This bill is schedule to be heard in committee the afternoon of November 15, 2016.
Since 2005 at least 31 similar bills have been filed in 18 states, none of them having been passed into law because the concept cannot be integrated into existing production lines safely or in a cost effective manner. Illinois’ own legislature wisely declined to embrace its own share of these bills, most recently in 2008.
Though the bill does not specify the manner of marking bullets and shells, leaving those problems for others to solve, the most commonly mentioned method is via laser etching. In fact, one of the founders of the company behind this concept, Ammunition Coding Systems (ACS), mentioned laser etching as the method he envisions in a February 28, 2008 interview. Neither the sponsor nor ACS has given any obvious thought to the potentially disastrous results of introducing a laser into an environment filled with explosive ammunition primers and highly inflammable propellants.
Both Representative Harper and ACS seem equally unaware of the current manufacturing method of randomly mating bullet to shell casing from bulk material hoppers, a process actually illustrated by an ACS Power Point and supplied to DNAInfo:
Randomized components, of course, cannot be mated to each other in ways creating a match.
Beyond these obvious impossibilities, IllinoisCarry opposes HB6516 for the following reasons:
HB6616 requires ISP to develop manufacturing methods and standards far outside its area of expertise. Acceptable tolerances for inevitable error, and methods of measuring such error, are left to the imagination.
The bill’s language inverts normal logic. Rather than offering existing technology as a solution to a problem, it assumes that the existence of certain tools defines the entirety of the solution. In reality, it establishes a mandate to create a technology for an application with no evidence that such technology actually can be created. In so doing, it establishes a “prove me wrong” precedent that should not replace our existing legislative processes.
Manufacturing experts agree that the most reliable mating of matched components occurs closest to the point at which they are mated. Achieving this level of reliability requires the use of a laser dangerously close to highly inflammable smokeless powders and explosive primers.
Re-manufactured ammunition, where casings are reused to reduce costs, will result in shells being coded at least twice with non-matching numbers, and possibly three or more times
Mail order and internet ammunition purchases, which are specifically allowed in the FOID Act, will be all but eliminated since out of state vendors have no need to stock coded ammunition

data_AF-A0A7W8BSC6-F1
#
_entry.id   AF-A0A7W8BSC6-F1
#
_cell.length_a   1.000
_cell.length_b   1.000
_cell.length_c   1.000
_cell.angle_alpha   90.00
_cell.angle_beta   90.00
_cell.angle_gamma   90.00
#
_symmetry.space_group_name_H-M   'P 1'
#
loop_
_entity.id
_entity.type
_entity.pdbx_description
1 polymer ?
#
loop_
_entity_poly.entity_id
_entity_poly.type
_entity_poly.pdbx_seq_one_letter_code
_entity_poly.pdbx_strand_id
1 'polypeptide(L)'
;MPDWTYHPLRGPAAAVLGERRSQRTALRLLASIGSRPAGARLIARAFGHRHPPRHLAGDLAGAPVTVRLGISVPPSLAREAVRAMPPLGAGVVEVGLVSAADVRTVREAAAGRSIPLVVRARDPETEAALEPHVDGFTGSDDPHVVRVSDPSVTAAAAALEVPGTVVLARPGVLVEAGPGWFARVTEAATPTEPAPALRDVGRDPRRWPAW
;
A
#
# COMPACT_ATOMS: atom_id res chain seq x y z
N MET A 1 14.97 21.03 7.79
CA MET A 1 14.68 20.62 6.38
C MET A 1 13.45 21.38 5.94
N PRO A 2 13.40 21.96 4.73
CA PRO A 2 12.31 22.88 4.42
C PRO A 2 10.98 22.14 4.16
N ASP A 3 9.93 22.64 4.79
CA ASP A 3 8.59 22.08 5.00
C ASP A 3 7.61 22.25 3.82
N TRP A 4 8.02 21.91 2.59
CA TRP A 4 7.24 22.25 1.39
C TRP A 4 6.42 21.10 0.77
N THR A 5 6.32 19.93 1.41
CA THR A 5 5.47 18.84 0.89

Rounds rejected through quality control will have to be replaced with rounds manually coded & assembled, and inserted by hand into each and every box missing the reject(s). Every human intervention introduces the possibility of additional error and increased costs not currently a part of the manufacturing process.
The estimated $0.02 cost per box of ammunition assumes expenses are amortized over 10 billion rounds or more. Manufacturers will not serialize all ammunition, reducing the amortization factor to a fraction of that projected, resulting in prohibitively large retail price increases.
Manufacturing methods developed by mandate of law and based upon ACS’s patent can potentially be subject to use fees and licensing requirements. If ACS chooses to prevent ammunition sales within Illinois, it can do so by simply refusing such licenses.
The bill lacks detail outlining how coding would be accomplished because Ammunition Coding Systems lacks the background needed in any of the manufacturing processes it hopes to impose on the ammunition industry.
IllinoisCarry calls upon the legislature to learn from its past, to repeat its prior wisdom and again reject this dangerous idea, to shun the political bullying that too often drove the process in prior years.
Help us make these points to the legislature by filing a witness in opposition now!
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About Illinois Carry:
The IllinoisCarry forum was started in April 2004 as a grassroots online action and discussion forum dedicated to advancing the Right to Carry in IL. We fight the battle for freedom on three fronts: the legislative front, the judicial front, and the electoral front. IllinoisCarry works closely with other organizations in Illinois that are working to protect our 2nd Amendment Rights. We encourage you to register on our forum and join the fight for your 2nd Amendment Rights in Illinois.